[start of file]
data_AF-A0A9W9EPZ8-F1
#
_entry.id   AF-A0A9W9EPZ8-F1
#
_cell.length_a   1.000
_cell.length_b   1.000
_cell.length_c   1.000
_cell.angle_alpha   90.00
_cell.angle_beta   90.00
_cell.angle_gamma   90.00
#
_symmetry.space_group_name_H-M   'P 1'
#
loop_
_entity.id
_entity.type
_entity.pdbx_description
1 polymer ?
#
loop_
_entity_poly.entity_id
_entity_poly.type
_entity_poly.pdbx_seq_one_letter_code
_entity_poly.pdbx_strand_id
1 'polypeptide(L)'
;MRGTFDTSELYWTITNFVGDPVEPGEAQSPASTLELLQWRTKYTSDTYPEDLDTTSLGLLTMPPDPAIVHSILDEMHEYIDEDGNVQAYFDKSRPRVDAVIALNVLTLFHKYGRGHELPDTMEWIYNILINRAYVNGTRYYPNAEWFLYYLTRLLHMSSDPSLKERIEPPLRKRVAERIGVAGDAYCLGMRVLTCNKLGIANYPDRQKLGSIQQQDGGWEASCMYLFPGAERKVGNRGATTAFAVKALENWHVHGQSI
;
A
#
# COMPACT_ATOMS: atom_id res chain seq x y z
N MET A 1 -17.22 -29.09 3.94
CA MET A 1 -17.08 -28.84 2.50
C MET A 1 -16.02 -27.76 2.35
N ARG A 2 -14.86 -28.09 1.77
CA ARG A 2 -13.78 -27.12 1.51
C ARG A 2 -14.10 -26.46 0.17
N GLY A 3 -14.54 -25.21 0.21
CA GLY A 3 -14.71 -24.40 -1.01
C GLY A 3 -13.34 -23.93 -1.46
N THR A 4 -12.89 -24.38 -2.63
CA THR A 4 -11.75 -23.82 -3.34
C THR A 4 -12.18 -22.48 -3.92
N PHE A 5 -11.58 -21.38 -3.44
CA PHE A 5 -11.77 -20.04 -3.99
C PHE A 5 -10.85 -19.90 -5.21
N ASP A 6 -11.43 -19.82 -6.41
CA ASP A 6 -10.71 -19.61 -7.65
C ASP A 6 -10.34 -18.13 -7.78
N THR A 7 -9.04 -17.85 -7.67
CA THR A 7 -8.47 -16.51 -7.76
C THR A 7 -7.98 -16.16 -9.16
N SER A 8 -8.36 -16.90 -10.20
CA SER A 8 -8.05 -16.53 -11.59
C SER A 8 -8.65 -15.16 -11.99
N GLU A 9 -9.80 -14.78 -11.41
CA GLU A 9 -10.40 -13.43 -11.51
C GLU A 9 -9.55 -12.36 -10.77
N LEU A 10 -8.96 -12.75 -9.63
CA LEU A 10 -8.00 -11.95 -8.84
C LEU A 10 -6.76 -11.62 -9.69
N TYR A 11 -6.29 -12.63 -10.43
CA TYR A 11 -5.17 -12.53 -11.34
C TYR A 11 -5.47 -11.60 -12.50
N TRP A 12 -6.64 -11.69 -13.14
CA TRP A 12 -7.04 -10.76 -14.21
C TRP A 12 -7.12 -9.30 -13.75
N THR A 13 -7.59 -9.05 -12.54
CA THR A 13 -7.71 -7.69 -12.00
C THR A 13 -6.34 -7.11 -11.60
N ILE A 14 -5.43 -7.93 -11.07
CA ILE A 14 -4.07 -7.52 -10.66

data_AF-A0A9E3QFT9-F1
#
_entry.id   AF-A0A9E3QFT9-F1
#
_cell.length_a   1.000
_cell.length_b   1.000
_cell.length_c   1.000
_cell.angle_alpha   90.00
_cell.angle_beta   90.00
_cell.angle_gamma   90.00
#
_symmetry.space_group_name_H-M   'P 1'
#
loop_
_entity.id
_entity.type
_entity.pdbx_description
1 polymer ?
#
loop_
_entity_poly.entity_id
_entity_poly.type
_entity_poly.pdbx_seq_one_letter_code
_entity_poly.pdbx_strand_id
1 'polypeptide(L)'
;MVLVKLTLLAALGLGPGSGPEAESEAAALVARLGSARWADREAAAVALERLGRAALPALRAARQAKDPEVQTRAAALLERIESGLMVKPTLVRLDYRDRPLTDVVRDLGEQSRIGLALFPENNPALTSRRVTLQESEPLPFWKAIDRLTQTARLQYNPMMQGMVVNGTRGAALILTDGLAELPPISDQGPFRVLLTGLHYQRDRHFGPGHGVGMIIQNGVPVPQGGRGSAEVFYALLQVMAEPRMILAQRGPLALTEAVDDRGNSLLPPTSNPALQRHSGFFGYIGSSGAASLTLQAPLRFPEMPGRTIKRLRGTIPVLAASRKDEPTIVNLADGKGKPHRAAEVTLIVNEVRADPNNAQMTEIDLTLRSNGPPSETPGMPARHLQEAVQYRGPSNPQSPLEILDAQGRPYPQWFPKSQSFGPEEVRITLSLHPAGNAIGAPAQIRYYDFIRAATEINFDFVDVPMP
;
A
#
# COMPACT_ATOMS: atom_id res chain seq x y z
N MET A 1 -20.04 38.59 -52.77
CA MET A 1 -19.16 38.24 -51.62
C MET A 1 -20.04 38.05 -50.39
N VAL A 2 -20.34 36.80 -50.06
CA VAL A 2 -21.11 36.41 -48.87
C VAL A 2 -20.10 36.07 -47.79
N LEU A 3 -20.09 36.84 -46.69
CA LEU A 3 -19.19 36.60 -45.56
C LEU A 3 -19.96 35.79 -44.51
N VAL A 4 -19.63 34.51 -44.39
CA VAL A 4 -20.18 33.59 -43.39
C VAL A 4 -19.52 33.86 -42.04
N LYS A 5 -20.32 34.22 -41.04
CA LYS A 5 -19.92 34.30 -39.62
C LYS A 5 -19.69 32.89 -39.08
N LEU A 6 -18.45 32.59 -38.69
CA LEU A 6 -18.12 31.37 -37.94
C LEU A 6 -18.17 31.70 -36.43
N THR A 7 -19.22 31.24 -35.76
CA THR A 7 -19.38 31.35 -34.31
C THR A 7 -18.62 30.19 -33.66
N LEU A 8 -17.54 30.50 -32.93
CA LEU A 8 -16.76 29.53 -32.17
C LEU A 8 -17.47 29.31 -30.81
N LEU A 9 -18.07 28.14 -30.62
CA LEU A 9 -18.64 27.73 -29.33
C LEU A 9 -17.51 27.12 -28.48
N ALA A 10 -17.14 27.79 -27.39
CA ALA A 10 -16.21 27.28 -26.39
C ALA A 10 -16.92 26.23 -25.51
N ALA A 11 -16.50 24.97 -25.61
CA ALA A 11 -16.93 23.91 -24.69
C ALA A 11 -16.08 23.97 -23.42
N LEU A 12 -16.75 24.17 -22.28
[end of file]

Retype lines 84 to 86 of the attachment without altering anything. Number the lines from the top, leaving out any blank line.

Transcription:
#
loop_
_entity.id